As I sat down at the computer to write what was on my heart, the phone rang. On the line was a district superintendent who told me the sad news that one of his pastors had just surrendered their credential. "Conduct unbecoming a minister" was the reason given. The superintendent told me of the heart anguish within the pastor, the spouse and family, and throughout the entire congregation. This pastor's life journey was not going well.
I had already planned to title this article with a phrase from William Culbertson's public prayers. The president of Moody Bible Institute from 1948 to 1971, he reportedly closed his prayers with the plea, "And, Lord, help us to end well!"
Since I will retire from the general superintendency at the general assembly in June, this phrase has been on my mind: "Lord, help me to end well!" By reading the Scriptures, and by living life, I have learned that a good beginning does not guarantee a good ending. Consider King Saul, Samson, Lot's wife, Demas, and most famous of all, Judas.
I don't want to live like that. I don't want to finish my "one walk across the stage of life" with the last scene being one of disgrace. Please, Lord, help me to end well!
Author Warren Wiersbe writes about popular British preacher F. B. Meyer, who said to his friend F. A. Robinson: "I do hope my Father will let the river of my life go flowing fully to the finish. I don't want it to end in a swamp."
These words have also rung in my ears since I read them a few months ago. I don't want my life to end in a swamp. The good news is that we do not have to end that way. We don't have to run out of fuel. We do not have to finish as a disgrace to the entire family.
God's powerful grace can enable us to end well.
To finish our lives or ministries with sweet victory within means we must "sharpen the blade" often. In fact, one of the men with Elisha who was cutting trees to help build a new dwelling lost the entire ax head in the river. He didn't have an ax head to sharpen--he had no ax head whatsoever.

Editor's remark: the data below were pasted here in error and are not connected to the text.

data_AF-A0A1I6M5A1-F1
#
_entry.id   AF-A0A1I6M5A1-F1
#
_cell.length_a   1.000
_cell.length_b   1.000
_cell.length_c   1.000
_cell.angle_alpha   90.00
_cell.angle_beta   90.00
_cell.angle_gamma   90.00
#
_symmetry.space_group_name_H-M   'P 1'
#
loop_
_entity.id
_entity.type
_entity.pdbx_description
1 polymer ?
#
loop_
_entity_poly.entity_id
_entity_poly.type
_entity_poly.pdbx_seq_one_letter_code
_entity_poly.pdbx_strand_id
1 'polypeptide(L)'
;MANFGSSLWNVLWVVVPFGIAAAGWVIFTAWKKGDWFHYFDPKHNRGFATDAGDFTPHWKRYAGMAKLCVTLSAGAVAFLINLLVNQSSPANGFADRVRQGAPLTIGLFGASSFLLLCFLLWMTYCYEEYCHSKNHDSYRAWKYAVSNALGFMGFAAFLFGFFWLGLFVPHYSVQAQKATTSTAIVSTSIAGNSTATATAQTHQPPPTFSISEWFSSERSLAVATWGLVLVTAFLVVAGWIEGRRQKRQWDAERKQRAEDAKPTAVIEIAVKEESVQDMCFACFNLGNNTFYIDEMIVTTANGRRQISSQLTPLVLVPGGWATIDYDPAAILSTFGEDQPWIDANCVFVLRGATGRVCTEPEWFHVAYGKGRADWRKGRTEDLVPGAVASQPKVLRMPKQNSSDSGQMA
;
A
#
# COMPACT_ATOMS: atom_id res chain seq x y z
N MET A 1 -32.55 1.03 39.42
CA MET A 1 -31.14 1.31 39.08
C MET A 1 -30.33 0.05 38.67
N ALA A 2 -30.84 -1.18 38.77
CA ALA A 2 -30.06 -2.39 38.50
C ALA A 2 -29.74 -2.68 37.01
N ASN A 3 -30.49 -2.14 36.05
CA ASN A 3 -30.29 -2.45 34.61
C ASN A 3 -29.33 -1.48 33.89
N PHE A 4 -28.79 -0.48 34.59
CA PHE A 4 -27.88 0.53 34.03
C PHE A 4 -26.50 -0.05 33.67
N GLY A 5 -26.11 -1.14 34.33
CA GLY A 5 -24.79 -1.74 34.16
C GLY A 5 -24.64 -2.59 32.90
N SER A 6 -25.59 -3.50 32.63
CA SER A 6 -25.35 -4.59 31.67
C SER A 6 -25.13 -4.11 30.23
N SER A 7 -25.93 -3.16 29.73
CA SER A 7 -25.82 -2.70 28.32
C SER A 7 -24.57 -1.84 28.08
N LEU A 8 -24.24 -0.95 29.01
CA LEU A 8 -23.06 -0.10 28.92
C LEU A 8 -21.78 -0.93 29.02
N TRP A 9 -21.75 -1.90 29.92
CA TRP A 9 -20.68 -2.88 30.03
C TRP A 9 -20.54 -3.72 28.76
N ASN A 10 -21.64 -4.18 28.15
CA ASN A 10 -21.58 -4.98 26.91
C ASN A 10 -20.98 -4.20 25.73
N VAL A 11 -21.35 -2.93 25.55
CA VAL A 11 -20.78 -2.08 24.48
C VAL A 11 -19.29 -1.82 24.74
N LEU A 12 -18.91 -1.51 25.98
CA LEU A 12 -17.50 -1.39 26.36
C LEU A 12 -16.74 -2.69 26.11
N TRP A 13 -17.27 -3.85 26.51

Fortunately, as the Scriptures tell us in 2 Kings 6:1-7, he didn't keep beating the trees with his wooden ax handle. How futile that would have been. He stopped to cry out for help, and God miraculously brought the ax head to the surface of the water. With the ax head reaffixed to the handle, he resumed his work.
How many of us in ministry, whether we are clergy or laity, have either lost the ax head or let it become so dull that it is totally ineffective? It is time to stop beating the trees with a dull ax handle. We must confess our need to the Lord, seek a new and fresh anointing from the Holy Spirit, and have our spiritual ax head replaced or resharpened.
If we ask, the Holy Spirit will come and sharpen our spirits. If we don't sharpen the ax head often, little things neglected will become big things. Little negative attitudes will become bitterness, little cynical statements will become blatant skepticism, and little private sins will cause us to end in a swamp.
I have learned that if I do not want to end in a swamp, I dare not hang around a swamp. If I want to end with a sweet spirit within, I cannot nurture a critical spirit throughout the journey. If I want to close my life with great victory, I cannot be known as a person who murmurs.
Ending well does not start at the end. It starts at the beginning and is cultivated every day we live.
Again, the scripture is so true which states, "Do not be deceived, God is not mocked: for whatever a man sows, that he will also reap. For he who sows to his flesh will of the flesh reap corruption, but he who sows to the Spirit will of the Spirit reap everlasting life" (Galatians 6:7-8, NKJV). We will reap what we sow, even in our attitudes!
Don't misunderstand me--I don't plan on dying at the coming general assembly--I'm just retiring. My ministry, I trust, will continue to go forward. I sense that I still have a lot of life to live and many sermons to preach. But the desire remains, "I don't want to end in a swamp!" And I don't want you to end in a swamp either!
If the pastor who surrendered their credential because of conduct unbecoming a minister will repent, forsake sin, submit to an accountability group, and walk the road of restoration, that individual can end well, too. God's grace is powerful enough to forgive, revive, and restore. My prayer for the pastor, for you, and for me is Culbertson's prayer, "And Lord, help us to end well!"
James H. Diehl is a general superintendent emeritus in the Church of the Nazarene.